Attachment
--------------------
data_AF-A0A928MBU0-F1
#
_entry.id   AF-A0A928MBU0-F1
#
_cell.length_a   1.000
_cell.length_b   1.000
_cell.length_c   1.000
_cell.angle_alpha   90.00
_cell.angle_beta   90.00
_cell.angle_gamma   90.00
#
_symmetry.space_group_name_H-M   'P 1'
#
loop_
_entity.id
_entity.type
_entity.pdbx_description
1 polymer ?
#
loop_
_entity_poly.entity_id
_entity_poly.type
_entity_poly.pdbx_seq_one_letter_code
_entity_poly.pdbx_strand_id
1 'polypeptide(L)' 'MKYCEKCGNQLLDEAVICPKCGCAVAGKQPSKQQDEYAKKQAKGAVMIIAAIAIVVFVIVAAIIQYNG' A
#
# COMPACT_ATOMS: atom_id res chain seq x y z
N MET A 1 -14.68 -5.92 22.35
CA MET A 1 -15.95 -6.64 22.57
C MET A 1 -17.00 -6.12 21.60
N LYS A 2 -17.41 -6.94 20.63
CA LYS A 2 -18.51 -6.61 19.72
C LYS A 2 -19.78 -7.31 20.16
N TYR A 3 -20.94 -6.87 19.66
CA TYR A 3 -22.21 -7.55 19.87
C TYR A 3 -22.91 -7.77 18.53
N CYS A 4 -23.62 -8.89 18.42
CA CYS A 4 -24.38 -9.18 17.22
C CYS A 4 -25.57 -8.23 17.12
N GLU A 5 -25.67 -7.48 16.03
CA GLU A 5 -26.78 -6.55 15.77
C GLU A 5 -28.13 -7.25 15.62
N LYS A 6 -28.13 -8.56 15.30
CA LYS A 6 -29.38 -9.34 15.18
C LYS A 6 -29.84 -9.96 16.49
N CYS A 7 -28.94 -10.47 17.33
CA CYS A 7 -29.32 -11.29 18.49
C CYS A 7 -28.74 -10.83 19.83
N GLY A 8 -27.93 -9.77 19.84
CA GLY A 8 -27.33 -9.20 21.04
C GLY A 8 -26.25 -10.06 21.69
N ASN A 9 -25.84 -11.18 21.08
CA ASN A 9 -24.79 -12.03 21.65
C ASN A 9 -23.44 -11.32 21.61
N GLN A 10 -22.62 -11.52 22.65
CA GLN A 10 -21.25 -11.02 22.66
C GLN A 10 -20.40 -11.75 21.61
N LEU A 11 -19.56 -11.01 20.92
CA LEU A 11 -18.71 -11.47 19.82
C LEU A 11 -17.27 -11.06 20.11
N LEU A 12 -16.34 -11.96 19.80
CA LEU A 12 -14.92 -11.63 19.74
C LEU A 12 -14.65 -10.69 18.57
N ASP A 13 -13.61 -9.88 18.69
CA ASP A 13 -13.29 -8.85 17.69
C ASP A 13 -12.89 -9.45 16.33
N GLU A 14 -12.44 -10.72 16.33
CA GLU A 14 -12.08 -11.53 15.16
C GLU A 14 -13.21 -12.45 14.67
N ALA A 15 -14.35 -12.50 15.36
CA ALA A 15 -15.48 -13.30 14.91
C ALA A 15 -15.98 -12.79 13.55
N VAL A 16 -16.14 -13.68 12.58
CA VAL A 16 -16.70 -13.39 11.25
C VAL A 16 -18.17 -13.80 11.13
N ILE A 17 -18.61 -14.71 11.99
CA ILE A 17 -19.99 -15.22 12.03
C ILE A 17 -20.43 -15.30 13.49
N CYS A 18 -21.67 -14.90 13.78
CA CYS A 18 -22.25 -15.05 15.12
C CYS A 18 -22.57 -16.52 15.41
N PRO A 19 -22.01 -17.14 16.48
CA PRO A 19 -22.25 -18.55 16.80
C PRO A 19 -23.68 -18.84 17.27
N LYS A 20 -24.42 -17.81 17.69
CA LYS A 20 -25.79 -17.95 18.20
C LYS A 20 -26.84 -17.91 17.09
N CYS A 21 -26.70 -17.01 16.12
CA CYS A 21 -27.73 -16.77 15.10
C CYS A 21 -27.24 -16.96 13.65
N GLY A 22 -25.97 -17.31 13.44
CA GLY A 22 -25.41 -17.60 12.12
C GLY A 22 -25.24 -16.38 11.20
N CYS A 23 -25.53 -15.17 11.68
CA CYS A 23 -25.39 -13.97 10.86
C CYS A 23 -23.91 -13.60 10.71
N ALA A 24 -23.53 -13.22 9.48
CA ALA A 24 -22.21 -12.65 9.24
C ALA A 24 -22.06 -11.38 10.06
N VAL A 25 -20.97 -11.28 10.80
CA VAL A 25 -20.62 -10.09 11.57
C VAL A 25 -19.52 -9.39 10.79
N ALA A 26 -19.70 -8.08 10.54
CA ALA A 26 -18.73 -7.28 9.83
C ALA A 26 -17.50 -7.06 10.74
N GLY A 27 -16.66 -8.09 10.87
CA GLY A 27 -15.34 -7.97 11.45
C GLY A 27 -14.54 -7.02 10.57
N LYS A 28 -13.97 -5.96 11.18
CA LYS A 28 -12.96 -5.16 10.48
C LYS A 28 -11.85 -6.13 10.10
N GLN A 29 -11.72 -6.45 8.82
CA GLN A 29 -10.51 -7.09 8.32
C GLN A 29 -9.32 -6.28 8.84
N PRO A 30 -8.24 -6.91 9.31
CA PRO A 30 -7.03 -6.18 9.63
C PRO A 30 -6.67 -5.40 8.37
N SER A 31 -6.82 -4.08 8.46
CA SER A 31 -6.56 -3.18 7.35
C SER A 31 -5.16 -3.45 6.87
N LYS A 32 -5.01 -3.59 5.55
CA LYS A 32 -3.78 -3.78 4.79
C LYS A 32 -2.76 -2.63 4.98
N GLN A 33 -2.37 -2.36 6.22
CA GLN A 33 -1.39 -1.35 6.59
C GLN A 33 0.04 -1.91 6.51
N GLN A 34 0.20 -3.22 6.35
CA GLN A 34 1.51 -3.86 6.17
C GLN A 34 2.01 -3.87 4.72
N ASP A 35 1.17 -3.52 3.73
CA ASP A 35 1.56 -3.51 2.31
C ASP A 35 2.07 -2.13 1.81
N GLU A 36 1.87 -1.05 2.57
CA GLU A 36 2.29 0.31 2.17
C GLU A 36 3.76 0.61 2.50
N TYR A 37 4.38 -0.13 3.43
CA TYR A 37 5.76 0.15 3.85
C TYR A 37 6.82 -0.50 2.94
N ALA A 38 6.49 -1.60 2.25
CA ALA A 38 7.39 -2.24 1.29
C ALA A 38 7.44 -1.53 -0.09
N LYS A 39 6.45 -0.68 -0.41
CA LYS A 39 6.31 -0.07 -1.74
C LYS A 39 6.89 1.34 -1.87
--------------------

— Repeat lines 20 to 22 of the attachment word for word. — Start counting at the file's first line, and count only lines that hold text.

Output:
loop_
_entity_poly.entity_id
_entity_poly.type